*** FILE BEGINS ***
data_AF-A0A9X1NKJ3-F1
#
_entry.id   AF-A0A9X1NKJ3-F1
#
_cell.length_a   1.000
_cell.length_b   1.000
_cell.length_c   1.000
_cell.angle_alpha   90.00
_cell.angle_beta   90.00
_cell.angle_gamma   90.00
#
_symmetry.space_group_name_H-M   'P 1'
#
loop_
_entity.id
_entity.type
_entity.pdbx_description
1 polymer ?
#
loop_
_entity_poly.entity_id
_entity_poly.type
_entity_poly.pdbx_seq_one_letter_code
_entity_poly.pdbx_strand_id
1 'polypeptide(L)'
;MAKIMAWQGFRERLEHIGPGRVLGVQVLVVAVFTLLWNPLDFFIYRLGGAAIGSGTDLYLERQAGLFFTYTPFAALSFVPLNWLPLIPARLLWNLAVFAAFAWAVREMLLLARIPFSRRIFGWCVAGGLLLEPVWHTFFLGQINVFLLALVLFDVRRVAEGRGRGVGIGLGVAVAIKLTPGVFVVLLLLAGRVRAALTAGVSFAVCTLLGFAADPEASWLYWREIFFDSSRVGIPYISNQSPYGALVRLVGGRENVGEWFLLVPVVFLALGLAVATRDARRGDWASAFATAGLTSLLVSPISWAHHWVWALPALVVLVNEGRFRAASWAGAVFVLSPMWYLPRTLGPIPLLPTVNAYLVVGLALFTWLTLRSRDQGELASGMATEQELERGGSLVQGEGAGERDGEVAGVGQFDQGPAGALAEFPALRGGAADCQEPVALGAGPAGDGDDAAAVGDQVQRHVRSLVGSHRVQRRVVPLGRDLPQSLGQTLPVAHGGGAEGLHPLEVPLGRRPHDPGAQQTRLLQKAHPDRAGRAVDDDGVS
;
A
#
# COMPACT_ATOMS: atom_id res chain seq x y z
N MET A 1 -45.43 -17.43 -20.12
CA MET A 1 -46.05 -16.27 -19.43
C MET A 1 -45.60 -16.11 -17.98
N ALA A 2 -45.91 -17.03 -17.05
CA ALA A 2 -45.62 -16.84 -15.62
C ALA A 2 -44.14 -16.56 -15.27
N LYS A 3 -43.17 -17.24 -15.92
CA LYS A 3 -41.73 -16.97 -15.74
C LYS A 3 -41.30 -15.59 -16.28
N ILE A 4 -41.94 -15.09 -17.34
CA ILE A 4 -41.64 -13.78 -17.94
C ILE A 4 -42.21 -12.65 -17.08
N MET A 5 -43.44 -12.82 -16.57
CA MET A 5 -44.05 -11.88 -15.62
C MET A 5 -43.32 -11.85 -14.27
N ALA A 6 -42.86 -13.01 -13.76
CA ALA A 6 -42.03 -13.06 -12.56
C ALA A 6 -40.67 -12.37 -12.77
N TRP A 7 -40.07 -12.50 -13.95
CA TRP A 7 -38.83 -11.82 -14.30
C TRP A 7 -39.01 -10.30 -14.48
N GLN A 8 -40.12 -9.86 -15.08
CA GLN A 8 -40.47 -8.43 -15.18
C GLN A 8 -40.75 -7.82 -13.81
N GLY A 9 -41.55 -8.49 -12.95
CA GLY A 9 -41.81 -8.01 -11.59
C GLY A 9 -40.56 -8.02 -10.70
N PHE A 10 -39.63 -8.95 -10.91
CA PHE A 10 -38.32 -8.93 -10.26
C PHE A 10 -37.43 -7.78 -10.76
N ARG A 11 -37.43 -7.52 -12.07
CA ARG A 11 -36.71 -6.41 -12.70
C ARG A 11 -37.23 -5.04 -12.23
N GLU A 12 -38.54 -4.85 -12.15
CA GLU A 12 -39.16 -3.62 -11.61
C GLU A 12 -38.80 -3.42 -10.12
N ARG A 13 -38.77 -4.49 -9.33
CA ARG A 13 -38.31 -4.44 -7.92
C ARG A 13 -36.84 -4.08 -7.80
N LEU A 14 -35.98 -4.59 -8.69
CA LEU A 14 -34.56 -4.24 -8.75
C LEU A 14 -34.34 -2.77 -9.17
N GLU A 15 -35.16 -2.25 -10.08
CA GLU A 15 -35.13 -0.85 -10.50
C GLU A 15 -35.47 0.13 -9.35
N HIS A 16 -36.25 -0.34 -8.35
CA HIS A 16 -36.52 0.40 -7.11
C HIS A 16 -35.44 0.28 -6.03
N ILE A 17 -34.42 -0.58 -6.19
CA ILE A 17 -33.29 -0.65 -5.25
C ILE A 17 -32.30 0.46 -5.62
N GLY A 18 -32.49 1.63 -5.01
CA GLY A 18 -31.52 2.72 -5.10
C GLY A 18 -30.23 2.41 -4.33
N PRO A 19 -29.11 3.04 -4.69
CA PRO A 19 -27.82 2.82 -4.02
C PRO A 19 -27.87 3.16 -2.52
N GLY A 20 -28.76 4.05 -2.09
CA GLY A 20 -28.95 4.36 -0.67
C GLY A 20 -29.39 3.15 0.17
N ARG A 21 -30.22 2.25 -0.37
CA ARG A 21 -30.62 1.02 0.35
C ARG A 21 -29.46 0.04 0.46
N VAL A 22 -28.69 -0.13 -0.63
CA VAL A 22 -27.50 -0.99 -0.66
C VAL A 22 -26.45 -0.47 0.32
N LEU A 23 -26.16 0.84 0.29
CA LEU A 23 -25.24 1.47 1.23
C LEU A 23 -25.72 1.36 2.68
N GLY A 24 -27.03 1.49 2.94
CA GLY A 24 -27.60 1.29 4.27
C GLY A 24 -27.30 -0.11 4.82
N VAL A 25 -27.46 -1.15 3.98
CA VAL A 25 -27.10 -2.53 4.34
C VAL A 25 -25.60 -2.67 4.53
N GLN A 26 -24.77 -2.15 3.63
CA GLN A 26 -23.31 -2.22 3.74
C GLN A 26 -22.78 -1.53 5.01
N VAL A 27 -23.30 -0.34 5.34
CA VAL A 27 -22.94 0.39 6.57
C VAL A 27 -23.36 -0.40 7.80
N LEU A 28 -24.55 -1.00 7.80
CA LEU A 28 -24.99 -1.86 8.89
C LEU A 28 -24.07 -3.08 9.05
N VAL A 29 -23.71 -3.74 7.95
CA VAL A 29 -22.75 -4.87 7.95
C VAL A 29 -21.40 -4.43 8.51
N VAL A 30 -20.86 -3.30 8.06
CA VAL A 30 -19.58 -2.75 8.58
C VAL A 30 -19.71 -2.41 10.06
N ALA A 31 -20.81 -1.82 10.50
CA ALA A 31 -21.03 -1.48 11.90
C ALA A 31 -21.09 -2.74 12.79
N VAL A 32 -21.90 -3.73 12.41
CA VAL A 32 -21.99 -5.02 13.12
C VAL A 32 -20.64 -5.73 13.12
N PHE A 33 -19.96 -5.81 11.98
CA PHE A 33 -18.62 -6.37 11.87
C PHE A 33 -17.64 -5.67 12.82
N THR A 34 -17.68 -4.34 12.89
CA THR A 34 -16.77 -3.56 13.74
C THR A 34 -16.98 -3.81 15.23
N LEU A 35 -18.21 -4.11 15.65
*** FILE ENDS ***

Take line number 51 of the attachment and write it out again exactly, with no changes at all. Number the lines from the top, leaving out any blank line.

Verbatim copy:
C TRP A 7 -39.01 -10.30 -14.48